The Burgess Boys
by Elizabeth Strout
Random House, 2013
Summary from Goodreads:
Haunted by the freak accident that killed their father when they were children, Jim and Bob Burgess escaped from their Maine hometown of Shirley Falls for New York City as soon as they possibly could. Jim, a sleek, successful corporate lawyer, has belittled his bighearted brother their whole lives, and Bob, a Legal Aid attorney who idolizes Jim, has always taken it in stride. But their long-standing dynamic is upended when their sister, Susan—the Burgess sibling who stayed behind—urgently calls them home. Her lonely teenage son, Zach, has gotten himself into a world of trouble, and Susan desperately needs their help. And so the Burgess brothers return to the landscape of their childhood, where the long-buried tensions that have shaped and shadowed their relationship begin to surface in unexpected ways that will change them forever.
Family roles, assigned early and sometimes arbitrarily, often continue to define us well into adulthood. I grew up as "the musician" and "bookworm" in a family of athletes (not entirely unwarranted labels) and am still never the first choice in a family pick-up game of basketball or softball. For the record though, I love sports and relish the role of fan/spectator.
In the Burgess family, the roles were dictated by tragedy. A freak accident involving three young children in a parked car caused the death of their father. The lives of all three children, now well into middle age, have been defined by the official family account of the accident. As a new family crisis calls the brother back to Maine, difficult truths emerge, forcing a reevaluation of old assumptions and challenging the Burgess boys to move forward.
I've been reading Elizabeth Strout since Amy and Isabelle was published in the late 1990's and have been in awe of her writing and characters ever since. Strout's perception into the human psyche is amazingly keen. She understands what makes people who they are and how it colors their relationships with others. In The Burgess Boys, the sibling relationship takes center stage.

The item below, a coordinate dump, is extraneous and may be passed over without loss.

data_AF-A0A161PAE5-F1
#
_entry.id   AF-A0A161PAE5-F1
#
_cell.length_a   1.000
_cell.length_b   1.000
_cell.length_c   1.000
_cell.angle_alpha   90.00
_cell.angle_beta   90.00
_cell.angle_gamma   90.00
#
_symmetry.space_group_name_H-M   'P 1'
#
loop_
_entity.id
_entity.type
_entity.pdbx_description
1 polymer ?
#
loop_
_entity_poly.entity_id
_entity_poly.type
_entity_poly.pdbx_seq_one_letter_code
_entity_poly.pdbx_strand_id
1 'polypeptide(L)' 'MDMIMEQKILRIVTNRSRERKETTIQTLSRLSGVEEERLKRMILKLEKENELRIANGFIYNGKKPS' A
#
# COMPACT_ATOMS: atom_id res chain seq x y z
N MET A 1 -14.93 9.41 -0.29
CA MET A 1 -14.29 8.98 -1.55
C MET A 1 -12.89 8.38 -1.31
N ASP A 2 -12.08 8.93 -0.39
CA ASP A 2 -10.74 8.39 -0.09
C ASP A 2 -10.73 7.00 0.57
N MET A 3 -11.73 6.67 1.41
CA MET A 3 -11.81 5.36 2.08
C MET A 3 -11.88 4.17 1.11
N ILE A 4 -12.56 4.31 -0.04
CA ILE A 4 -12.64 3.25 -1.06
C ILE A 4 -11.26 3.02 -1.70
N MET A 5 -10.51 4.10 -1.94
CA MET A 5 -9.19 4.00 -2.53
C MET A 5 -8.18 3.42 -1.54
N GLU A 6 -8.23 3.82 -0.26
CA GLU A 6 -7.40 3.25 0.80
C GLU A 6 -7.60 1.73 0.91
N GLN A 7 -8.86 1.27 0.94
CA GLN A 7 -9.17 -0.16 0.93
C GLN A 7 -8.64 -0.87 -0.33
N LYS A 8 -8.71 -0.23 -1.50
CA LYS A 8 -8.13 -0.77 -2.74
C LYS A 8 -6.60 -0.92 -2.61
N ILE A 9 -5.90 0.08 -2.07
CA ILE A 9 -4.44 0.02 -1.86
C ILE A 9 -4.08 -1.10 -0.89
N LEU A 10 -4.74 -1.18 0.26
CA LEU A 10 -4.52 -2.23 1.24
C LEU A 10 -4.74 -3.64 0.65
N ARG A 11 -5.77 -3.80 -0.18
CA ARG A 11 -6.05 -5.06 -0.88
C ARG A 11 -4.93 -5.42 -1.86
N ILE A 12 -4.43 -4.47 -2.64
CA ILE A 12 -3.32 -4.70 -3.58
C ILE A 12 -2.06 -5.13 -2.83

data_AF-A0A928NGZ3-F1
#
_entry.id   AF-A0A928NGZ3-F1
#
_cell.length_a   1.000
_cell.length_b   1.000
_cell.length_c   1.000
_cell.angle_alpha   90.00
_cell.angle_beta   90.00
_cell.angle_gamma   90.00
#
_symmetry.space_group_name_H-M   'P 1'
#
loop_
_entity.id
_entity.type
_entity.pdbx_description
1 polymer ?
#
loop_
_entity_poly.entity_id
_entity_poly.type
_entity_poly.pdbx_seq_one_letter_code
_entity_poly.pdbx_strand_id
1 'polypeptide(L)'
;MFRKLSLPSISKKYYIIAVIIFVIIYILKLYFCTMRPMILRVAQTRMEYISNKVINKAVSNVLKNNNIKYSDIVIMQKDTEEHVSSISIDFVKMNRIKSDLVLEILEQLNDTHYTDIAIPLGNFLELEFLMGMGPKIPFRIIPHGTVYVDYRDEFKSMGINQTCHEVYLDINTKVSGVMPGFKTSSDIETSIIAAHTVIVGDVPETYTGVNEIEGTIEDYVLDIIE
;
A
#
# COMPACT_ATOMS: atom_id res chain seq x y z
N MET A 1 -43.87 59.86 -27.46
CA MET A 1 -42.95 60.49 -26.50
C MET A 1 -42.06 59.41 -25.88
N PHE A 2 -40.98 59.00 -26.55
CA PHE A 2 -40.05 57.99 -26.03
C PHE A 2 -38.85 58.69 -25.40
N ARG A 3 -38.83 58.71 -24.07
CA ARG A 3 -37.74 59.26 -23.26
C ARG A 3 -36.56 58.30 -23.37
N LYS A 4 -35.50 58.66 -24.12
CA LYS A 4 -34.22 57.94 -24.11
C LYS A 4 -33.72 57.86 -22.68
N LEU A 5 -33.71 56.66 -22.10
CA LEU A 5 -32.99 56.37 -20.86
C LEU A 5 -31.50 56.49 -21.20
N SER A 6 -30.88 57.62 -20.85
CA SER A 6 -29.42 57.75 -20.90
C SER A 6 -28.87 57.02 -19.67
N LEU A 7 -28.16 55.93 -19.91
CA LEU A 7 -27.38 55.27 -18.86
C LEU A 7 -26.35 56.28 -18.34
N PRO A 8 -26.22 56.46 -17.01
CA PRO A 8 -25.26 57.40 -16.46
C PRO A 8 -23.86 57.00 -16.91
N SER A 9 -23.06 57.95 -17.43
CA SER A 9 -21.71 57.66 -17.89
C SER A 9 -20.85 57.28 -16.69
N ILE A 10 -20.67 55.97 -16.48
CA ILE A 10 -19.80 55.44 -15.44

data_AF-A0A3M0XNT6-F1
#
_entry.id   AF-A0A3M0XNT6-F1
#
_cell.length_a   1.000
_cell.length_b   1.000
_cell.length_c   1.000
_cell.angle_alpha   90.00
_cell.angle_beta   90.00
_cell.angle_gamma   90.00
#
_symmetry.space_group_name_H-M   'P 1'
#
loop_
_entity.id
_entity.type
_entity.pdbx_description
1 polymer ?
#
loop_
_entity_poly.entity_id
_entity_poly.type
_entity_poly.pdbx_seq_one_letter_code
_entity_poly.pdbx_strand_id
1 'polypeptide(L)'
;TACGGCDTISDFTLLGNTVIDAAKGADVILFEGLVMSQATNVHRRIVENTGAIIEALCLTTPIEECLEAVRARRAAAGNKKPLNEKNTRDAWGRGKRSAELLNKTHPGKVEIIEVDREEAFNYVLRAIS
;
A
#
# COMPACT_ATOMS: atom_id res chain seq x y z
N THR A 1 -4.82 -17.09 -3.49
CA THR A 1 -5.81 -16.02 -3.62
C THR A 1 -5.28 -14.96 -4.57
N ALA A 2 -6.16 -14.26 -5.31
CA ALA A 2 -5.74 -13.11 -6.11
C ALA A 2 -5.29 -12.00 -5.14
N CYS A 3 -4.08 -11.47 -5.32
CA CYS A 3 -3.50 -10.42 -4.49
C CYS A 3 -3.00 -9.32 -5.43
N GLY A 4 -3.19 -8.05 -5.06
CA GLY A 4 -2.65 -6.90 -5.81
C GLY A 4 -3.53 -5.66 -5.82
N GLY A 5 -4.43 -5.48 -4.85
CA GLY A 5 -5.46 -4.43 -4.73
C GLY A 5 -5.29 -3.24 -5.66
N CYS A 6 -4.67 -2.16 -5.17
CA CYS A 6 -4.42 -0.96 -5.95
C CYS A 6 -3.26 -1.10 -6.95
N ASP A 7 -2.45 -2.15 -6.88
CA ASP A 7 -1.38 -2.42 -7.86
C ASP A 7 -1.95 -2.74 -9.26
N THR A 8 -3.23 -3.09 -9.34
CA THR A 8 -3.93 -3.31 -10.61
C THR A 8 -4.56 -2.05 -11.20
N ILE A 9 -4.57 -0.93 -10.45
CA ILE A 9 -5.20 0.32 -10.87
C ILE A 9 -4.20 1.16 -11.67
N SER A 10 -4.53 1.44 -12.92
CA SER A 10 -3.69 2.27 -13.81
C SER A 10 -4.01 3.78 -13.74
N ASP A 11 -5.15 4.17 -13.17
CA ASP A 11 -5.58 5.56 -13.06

Jim and Bob Burgess, unlikable as they may be, are presented with the utmost compassion and honesty. Other characters, like Bob's twin Susan and her son Zach, Jim's wife, Bob's ex, and Somali immigrant Abdikarim Ahmed, receive similar treatment. By the end of the novel, it was hard to say good-bye to these people. In fact, I'd still like to check in and see how they're doing. Elizabeth Strout has taught me that a truly great writer can make you care about characters, even when you don't particularly like them.
A few favorite quotes:
"How could he describe what he felt? The unfurling of an ache so poignant it was almost erotic, this longing, the inner silent gasp as though in the face of something unutterably beautiful, the desire to put his head down on the big loose lap of this town, Shirley Falls." p. 53
"While the Burgesses seemed to have no knowledge of, or interest in, food (there were meals of scrambled hamburger covered with an unmelted sheet of orange cheese, or a tuna casserole made with canned soup, or a chicken roasted without any spices, not even salt), Pam discovered that they loved baked goods, and so she made banana bread and sugar cookies, and sometimes Susan stood in the small kitchen and helped her, and whatever was baked was eaten hungrily, and this touched Pam as well - as though these kids had been starved all their lives for sweetness." p.107
"He carried also a disquieting idea, which was that he was a stranger now to the place that had been for so long his home. He was not a visitor; neither did he feel himself to be a New Yorker. New York, he thought, had been for him, like an amiable and complex hotel that housed him with benign indifference, and his gratitude was immeasurable. New York had also shown him things; one of the biggest was how much people talked. People talked about anything. The Burgesses did not." p.233
"He understood they would probably never again discuss the death of their father. The facts didn't matter. Their stories mattered, and each of their stories belonged to each of them alone." p. 318My rating:
While not quite Olive Kitteridge (a Pulitzer Prize winner and personal all-time favorite), The Burgess Boys still deserves a solid four star rating and my recommendation.
FTC disclosure: James, who knows I'm a big Elizabeth Strout fan, sent me his ARC - thank you! A couple of weeks later, I received a hardcover copy from Random House. Watch for a giveaway post coming tomorrow.